By Greg Gibson
How to Use the Bible Story
“вЂ¦2. How would you summarize your book’s argument in one sentence?
With biblical theology, we have in Scripture everything we need for effective ministry in the church; without it, vast sections of Scripture are nothing more than moral tales at best and irrelevant history at worst.
3. How would you summarize your book’s argument in one paragraph?
вЂ¦Too often though, pastors and church leaders approach the OT as not much more than a collection of moral examples and the NT as the story of Jesus and how we get saved. But the Bible is so much more than life’s little ‘answer book’ and the world’s first evangelistic tract. It’s the story of everything; it’s the revelation of God’s grand design to glorify himself through the history of salvation. This means Scripture isn’t a story we turn to in order to answer our questions, but a story we’re in that explains us to ourselves and teaches us the questions we should be asking and the answers we needвЂ¦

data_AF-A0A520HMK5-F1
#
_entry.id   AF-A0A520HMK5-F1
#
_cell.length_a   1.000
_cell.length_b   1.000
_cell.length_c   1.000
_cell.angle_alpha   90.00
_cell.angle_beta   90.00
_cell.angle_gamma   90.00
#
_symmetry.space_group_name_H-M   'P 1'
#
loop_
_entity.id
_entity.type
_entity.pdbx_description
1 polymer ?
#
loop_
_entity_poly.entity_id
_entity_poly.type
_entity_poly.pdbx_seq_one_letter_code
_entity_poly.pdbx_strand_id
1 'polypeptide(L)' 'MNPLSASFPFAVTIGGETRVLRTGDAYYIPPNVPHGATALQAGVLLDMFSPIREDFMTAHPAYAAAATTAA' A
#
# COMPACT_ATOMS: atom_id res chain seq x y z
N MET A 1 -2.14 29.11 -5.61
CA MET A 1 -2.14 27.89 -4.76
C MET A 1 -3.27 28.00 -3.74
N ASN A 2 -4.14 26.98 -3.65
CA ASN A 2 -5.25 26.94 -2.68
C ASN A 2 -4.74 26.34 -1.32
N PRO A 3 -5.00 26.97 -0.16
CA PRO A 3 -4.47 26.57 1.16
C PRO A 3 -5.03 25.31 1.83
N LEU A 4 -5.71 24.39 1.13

4. You write, ‘I think it’s fair to say that everything in the life and ministry of the local church is affected by a proper use of biblical theology’ (p. 199). How?